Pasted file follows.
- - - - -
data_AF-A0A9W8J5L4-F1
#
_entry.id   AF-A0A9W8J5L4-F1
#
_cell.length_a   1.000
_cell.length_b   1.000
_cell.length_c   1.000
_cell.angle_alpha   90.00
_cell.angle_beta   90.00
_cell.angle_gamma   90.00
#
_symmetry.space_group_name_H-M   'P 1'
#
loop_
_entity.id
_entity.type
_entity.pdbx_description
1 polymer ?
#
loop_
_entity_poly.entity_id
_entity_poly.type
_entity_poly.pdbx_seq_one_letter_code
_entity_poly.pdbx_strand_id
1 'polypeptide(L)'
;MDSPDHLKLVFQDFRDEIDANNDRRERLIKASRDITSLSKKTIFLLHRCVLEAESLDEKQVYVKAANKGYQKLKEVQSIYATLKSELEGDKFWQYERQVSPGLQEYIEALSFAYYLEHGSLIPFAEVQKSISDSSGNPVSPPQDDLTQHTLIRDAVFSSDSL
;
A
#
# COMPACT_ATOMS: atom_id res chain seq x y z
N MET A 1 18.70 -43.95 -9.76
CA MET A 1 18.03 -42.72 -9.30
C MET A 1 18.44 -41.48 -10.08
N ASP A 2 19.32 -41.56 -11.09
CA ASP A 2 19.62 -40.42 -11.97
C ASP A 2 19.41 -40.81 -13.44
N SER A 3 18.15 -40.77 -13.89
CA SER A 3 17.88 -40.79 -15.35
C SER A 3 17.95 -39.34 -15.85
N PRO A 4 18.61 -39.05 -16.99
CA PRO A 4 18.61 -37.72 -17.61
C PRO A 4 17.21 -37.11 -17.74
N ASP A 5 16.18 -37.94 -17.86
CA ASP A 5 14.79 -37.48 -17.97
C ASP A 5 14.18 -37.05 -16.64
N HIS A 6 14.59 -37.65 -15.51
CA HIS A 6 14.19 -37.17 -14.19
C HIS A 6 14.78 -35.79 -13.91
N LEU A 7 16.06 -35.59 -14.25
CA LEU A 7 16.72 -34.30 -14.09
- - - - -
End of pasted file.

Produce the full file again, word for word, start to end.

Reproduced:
data_AF-A0A9W8J5L4-F1
#
_entry.id   AF-A0A9W8J5L4-F1
#
_cell.length_a   1.000
_cell.length_b   1.000
_cell.length_c   1.000
_cell.angle_alpha   90.00
_cell.angle_beta   90.00
_cell.angle_gamma   90.00
#
_symmetry.space_group_name_H-M   'P 1'
#
loop_
_entity.id
_entity.type
_entity.pdbx_description
1 polymer ?
#
loop_
_entity_poly.entity_id
_entity_poly.type
_entity_poly.pdbx_seq_one_letter_code
_entity_poly.pdbx_strand_id
1 'polypeptide(L)'
;MDSPDHLKLVFQDFRDEIDANNDRRERLIKASRDITSLSKKTIFLLHRCVLEAESLDEKQVYVKAANKGYQKLKEVQSIYATLKSELEGDKFWQYERQVSPGLQEYIEALSFAYYLEHGSLIPFAEVQKSISDSSGNPVSPPQDDLTQHTLIRDAVFSSDSL
;
A
#
# COMPACT_ATOMS: atom_id res chain seq x y z
N MET A 1 18.70 -43.95 -9.76
CA MET A 1 18.03 -42.72 -9.30
C MET A 1 18.44 -41.48 -10.08
N ASP A 2 19.32 -41.56 -11.09
CA ASP A 2 19.62 -40.42 -11.97
C ASP A 2 19.41 -40.81 -13.44
N SER A 3 18.15 -40.77 -13.89
CA SER A 3 17.88 -40.79 -15.35
C SER A 3 17.95 -39.34 -15.85
N PRO A 4 18.61 -39.05 -16.99
CA PRO A 4 18.61 -37.72 -17.61
C PRO A 4 17.21 -37.11 -17.74
N ASP A 5 16.18 -37.94 -17.86
CA ASP A 5 14.79 -37.48 -17.97
C ASP A 5 14.18 -37.05 -16.64
N HIS A 6 14.59 -37.65 -15.51
CA HIS A 6 14.19 -37.17 -14.19
C HIS A 6 14.78 -35.79 -13.91
N LEU A 7 16.06 -35.59 -14.25
CA LEU A 7 16.72 -34.30 -14.09